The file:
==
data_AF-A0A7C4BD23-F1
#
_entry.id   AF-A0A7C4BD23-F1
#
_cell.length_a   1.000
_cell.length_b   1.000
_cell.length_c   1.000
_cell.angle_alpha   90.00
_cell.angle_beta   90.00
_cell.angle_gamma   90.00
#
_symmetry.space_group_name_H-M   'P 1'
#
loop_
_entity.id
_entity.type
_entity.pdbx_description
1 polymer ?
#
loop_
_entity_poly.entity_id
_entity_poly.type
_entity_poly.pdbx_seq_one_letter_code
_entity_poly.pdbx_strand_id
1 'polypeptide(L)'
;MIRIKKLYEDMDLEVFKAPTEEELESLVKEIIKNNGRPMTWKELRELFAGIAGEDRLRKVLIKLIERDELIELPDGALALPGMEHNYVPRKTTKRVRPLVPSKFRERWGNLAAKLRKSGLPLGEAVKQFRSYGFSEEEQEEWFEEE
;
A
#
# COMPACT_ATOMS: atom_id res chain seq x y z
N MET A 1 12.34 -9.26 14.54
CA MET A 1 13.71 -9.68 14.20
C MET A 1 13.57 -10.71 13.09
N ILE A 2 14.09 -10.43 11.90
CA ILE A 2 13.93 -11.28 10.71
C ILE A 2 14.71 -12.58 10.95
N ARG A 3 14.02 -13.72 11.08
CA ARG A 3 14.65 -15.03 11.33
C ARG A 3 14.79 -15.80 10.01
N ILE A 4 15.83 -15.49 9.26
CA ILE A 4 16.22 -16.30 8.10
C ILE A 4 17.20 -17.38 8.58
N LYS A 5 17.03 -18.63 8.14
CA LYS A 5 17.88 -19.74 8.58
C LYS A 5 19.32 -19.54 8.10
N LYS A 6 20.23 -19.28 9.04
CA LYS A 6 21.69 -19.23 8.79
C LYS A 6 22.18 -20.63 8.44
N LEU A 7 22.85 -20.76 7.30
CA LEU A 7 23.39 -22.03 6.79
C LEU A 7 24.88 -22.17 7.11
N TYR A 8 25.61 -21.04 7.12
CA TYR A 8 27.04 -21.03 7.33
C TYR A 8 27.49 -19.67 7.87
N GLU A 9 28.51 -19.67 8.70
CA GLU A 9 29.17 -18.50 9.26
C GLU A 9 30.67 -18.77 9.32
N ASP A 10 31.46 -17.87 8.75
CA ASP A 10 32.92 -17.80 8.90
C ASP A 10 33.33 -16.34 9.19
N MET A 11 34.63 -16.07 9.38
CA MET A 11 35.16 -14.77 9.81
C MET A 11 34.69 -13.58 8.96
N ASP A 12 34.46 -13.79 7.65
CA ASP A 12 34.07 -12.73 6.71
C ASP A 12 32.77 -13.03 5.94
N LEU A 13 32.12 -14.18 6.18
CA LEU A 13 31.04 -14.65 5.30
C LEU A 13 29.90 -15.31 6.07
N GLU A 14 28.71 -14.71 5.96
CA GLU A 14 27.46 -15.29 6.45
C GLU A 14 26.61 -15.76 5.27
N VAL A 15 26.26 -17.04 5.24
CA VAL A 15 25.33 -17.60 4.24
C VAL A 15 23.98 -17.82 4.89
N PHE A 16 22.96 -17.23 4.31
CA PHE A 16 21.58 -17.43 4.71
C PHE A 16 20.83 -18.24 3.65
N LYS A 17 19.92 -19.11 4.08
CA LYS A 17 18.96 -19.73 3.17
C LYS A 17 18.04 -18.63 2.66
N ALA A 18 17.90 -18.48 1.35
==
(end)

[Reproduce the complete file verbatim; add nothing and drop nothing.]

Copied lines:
data_AF-A0A7C4BD23-F1
#
_entry.id   AF-A0A7C4BD23-F1
#
_cell.length_a   1.000
_cell.length_b   1.000
_cell.length_c   1.000
_cell.angle_alpha   90.00
_cell.angle_beta   90.00
_cell.angle_gamma   90.00
#
_symmetry.space_group_name_H-M   'P 1'
#
loop_
_entity.id
_entity.type
_entity.pdbx_description
1 polymer ?
#
loop_
_entity_poly.entity_id
_entity_poly.type
_entity_poly.pdbx_seq_one_letter_code
_entity_poly.pdbx_strand_id
1 'polypeptide(L)'
;MIRIKKLYEDMDLEVFKAPTEEELESLVKEIIKNNGRPMTWKELRELFAGIAGEDRLRKVLIKLIERDELIELPDGALALPGMEHNYVPRKTTKRVRPLVPSKFRERWGNLAAKLRKSGLPLGEAVKQFRSYGFSEEEQEEWFEEE
;
A
#
# COMPACT_ATOMS: atom_id res chain seq x y z
N MET A 1 12.34 -9.26 14.54
CA MET A 1 13.71 -9.68 14.20
C MET A 1 13.57 -10.71 13.09
N ILE A 2 14.09 -10.43 11.90
CA ILE A 2 13.93 -11.28 10.71
C ILE A 2 14.71 -12.58 10.95
N ARG A 3 14.02 -13.72 11.08
CA ARG A 3 14.65 -15.03 11.33
C ARG A 3 14.79 -15.80 10.01
N ILE A 4 15.83 -15.49 9.26
CA ILE A 4 16.22 -16.30 8.10
C ILE A 4 17.20 -17.38 8.58
N LYS A 5 17.03 -18.63 8.14
CA LYS A 5 17.88 -19.74 8.58
C LYS A 5 19.32 -19.54 8.10
N LYS A 6 20.23 -19.28 9.04
CA LYS A 6 21.69 -19.23 8.79
C LYS A 6 22.18 -20.63 8.44
N LEU A 7 22.85 -20.76 7.30
CA LEU A 7 23.39 -22.03 6.79
C LEU A 7 24.88 -22.17 7.11
N TYR A 8 25.61 -21.04 7.12
CA TYR A 8 27.04 -21.03 7.33
C TYR A 8 27.49 -19.67 7.87
N GLU A 9 28.51 -19.67 8.70
CA GLU A 9 29.17 -18.50 9.26
C GLU A 9 30.67 -18.77 9.32
N ASP A 10 31.46 -17.87 8.75
CA ASP A 10 32.92 -17.80 8.90
C ASP A 10 33.33 -16.34 9.19
N MET A 11 34.63 -16.07 9.38
CA MET A 11 35.16 -14.77 9.81
C MET A 11 34.69 -13.58 8.96
N ASP A 12 34.46 -13.79 7.65
CA ASP A 12 34.07 -12.73 6.71
C ASP A 12 32.77 -13.03 5.94
N LEU A 13 32.12 -14.18 6.18
CA LEU A 13 31.04 -14.65 5.30
C LEU A 13 29.90 -15.31 6.07
N GLU A 14 28.71 -14.71 5.96
CA GLU A 14 27.46 -15.29 6.45
C GLU A 14 26.61 -15.76 5.27
N VAL A 15 26.26 -17.04 5.24
CA VAL A 15 25.33 -17.60 4.24
C VAL A 15 23.98 -17.82 4.89
N PHE A 16 22.96 -17.23 4.31
CA PHE A 16 21.58 -17.43 4.71
C PHE A 16 20.83 -18.24 3.65
N LYS A 17 19.92 -19.11 4.08
CA LYS A 17 18.96 -19.73 3.17
C LYS A 17 18.04 -18.63 2.66
N ALA A 18 17.90 -18.48 1.35